I decided that after I missed a week of teacher observation since my first guy quit, I would make the day up at home. That's right, for 2 days I was back in High School...except, well, without all the homework and name calling! (Except from the teachers.) NOTE: THIS EXPERIENCE WILL NOT NAME NAMES OF TEACHERS BECAUSE THAT ISN'T COOL. For some benefit, I will provide you with what they teach (or taught me) so I can convey at least SOMETHING about them. Fellow alumni of my high school will probably pick up on about whom I am speaking.
I arranged this whole shebang with my AP Calc teacher, who was more than happy to help me out, arrange class periods for me to observe various teachers, and allow me to sit in on her class as well.
All in all, I ended up observing 7 different members of my high school Math Department. (Of which, I had only ONE during high school...and one of them started with a W and sits on a bench during passing periods. Hints for various people: Xena Warrior Princess, a Calzone, M&M's, and Ties.)
I was also fortunate enough to get the chance to not only visit some of my other teachers and talk to them about THEIR experiences during my off periods. (Spanish III (MY teacher), PreCalc, English 11, Choir, AP Chem, Creative Writing, and AP Physics. All of them stand up guys/gals.) But I also had access to some of the FORBIDDEN PLACES that students weren't ever allowed.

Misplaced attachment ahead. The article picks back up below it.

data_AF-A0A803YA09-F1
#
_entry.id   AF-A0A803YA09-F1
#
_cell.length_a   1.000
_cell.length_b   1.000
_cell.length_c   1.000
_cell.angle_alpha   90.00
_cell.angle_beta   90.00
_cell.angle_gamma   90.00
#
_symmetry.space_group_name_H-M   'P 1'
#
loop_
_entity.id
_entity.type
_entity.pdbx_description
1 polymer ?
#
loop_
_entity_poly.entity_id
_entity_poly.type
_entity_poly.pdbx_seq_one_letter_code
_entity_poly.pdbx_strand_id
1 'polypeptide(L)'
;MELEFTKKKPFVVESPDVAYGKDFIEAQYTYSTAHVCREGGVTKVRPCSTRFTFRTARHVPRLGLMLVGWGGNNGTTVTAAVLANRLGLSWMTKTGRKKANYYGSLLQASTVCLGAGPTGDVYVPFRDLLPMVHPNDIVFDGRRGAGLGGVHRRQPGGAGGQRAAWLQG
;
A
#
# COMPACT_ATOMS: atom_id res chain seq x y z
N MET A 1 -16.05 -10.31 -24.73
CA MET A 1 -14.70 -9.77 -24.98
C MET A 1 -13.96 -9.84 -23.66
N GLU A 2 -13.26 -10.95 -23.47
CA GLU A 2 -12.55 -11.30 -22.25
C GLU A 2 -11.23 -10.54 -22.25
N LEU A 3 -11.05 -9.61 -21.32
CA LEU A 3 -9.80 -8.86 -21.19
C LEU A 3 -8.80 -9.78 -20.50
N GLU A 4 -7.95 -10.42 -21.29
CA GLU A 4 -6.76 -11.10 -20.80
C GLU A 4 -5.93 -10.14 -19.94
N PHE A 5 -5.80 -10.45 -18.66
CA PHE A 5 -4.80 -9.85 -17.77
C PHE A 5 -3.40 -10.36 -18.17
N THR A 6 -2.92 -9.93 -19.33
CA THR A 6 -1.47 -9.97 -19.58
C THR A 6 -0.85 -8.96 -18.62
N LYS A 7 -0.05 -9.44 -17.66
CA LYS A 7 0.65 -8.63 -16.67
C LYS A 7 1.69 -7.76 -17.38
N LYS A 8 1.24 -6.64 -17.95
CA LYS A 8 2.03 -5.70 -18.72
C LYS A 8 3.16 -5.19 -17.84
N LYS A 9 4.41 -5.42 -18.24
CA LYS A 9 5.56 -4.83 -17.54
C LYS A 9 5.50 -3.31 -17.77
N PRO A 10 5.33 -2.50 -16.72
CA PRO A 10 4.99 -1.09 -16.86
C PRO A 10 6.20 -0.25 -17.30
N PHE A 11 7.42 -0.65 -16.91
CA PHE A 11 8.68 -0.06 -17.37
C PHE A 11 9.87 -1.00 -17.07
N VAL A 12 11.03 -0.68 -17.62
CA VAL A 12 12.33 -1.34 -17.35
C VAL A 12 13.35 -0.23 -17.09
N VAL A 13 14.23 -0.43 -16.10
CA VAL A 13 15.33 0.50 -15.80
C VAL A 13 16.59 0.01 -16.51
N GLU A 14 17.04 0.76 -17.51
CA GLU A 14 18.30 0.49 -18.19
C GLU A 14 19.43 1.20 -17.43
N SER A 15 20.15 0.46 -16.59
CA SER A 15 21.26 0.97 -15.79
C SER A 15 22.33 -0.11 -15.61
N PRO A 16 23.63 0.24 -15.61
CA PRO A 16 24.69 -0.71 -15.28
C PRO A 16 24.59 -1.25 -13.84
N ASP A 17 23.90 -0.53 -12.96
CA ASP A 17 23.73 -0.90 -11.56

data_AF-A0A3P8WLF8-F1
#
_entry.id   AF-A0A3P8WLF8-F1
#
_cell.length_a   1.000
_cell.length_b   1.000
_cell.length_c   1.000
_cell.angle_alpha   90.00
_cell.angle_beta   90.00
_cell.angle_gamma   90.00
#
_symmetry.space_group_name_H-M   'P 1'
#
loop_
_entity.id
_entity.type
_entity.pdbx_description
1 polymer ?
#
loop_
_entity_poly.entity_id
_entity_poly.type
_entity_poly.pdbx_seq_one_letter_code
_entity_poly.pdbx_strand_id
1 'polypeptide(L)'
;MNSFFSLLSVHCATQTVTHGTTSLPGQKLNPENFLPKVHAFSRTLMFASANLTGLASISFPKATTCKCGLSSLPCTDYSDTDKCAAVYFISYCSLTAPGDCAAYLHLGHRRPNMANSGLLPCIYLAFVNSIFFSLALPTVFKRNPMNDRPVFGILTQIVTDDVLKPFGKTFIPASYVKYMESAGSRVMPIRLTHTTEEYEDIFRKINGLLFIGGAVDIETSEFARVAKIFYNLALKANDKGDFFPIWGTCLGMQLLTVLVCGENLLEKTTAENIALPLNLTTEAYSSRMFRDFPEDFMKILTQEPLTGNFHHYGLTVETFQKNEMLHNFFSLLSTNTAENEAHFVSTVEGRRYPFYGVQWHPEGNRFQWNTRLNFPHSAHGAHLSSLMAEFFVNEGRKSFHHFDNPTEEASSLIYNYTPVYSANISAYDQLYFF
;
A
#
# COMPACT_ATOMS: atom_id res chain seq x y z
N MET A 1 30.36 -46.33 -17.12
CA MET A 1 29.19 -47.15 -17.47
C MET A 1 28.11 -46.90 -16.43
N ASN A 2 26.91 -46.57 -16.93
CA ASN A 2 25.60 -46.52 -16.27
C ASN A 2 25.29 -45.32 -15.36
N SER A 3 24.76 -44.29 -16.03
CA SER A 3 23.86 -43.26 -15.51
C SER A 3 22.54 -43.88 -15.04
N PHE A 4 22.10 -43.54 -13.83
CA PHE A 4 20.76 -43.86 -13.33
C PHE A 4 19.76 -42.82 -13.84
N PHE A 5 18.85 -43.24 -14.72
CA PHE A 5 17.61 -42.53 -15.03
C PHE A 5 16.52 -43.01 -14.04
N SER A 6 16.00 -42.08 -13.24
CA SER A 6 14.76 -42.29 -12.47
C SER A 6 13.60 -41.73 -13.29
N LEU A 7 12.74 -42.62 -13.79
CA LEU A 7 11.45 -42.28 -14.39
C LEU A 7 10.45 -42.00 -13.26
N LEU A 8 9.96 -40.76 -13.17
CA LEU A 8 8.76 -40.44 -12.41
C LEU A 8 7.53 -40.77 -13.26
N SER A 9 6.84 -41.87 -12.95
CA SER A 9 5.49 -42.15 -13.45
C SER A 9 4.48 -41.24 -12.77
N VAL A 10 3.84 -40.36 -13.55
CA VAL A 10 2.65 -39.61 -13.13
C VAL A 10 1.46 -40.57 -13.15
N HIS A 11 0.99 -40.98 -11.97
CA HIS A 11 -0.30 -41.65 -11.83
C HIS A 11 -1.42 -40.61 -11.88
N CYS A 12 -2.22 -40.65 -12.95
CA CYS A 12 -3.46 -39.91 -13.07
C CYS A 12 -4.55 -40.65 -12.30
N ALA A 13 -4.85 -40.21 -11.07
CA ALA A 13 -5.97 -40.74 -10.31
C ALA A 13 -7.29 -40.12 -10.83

i.e. Teachers lounges. <3
I got to eat lunch in the Teacher's Lounge with, besides my AP Calc teacher, my AP Gov teacher and my Microbio teacher (BIOOOOOOOOOOOOOOOOOOOOOOOO BINGOOOOOOOOOOOOOOOOOOOOOOOOOOOOOO). It was also interesting to talk to some of the teachers that I HADN'T met. (because they were new and/or I had never had them.) Because while established teachers could tell me about how it was like down the road, the new teachers gave me insight on how things would be right away. (Slightly more practical knowledge?)
All in all, a very fun and VERY helpful experience! The life of a teacher is a really difficult one. But I think I'm ready.
Friday was a completely different type of amazing.